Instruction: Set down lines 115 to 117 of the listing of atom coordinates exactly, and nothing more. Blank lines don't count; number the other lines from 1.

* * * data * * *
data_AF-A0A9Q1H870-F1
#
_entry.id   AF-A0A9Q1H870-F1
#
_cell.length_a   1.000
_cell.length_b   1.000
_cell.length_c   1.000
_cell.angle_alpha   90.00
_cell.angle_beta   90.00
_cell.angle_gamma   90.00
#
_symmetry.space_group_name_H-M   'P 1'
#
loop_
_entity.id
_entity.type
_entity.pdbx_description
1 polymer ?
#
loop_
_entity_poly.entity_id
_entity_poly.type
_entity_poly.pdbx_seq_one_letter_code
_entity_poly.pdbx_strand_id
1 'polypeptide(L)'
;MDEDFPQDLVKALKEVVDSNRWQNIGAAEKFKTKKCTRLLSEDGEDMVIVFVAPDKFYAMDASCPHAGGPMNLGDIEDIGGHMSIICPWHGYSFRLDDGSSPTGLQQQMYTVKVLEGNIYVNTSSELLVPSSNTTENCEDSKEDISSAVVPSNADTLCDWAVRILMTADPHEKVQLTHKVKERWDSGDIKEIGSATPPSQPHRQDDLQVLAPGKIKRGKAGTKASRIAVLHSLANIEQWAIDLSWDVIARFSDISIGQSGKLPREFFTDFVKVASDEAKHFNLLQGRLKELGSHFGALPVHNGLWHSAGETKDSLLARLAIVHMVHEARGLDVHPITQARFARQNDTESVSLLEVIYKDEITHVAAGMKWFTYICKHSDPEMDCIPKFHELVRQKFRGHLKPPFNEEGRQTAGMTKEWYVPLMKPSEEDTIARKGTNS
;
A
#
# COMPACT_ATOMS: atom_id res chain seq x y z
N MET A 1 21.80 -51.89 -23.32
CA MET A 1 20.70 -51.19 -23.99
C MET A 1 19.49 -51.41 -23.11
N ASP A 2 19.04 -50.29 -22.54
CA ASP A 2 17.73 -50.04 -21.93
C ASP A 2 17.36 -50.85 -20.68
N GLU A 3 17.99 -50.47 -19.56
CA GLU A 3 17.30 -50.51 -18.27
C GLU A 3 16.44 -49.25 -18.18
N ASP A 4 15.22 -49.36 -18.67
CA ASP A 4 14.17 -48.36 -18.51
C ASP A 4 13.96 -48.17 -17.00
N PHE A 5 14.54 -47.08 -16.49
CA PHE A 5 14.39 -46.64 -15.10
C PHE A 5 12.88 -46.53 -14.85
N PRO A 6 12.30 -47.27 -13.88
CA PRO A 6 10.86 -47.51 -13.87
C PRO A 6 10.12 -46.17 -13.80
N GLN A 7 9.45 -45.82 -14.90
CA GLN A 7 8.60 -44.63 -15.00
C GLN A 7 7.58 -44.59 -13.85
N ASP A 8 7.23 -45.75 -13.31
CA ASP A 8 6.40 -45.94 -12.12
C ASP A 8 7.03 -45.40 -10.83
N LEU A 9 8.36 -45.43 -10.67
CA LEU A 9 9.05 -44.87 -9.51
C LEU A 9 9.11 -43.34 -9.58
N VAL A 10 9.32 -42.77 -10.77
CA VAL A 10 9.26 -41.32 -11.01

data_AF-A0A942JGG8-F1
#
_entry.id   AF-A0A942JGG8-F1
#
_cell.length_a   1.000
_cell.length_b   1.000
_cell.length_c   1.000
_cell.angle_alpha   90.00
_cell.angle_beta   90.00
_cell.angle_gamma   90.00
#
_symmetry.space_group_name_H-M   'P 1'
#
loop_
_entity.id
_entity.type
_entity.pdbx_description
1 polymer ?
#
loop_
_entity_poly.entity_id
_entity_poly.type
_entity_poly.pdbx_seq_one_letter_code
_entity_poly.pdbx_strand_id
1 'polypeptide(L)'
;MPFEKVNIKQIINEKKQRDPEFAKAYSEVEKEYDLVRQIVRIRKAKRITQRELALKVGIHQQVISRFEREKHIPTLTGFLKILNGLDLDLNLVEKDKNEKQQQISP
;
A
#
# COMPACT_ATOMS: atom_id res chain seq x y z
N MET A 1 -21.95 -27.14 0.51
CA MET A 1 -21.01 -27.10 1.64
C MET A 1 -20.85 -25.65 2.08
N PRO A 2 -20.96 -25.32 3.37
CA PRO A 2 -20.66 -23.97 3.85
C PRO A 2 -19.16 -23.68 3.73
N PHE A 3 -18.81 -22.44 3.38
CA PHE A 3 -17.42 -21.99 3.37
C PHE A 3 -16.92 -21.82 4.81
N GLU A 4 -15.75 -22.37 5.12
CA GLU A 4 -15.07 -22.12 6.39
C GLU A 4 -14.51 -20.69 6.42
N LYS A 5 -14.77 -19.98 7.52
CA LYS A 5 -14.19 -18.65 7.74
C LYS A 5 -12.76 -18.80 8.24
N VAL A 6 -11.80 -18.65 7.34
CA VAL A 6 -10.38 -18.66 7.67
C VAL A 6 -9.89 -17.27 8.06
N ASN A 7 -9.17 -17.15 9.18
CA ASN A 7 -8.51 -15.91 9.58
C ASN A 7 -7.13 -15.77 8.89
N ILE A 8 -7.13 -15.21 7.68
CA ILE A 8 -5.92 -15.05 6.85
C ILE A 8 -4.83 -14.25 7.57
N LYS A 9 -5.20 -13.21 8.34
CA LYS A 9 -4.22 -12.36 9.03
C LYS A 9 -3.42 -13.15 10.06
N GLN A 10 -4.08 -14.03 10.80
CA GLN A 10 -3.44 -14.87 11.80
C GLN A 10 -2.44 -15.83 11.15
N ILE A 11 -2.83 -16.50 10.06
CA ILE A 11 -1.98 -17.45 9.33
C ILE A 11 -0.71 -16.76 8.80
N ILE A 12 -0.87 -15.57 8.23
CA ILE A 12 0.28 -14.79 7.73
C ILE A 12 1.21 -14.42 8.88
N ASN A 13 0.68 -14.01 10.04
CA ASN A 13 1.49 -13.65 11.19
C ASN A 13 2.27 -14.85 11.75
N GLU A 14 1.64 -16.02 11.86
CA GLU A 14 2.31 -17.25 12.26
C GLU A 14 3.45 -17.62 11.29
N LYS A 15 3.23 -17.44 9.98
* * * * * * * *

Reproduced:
CA LYS A 9 -4.22 -12.36 9.03
C LYS A 9 -3.42 -13.15 10.06
N GLN A 10 -4.08 -14.03 10.80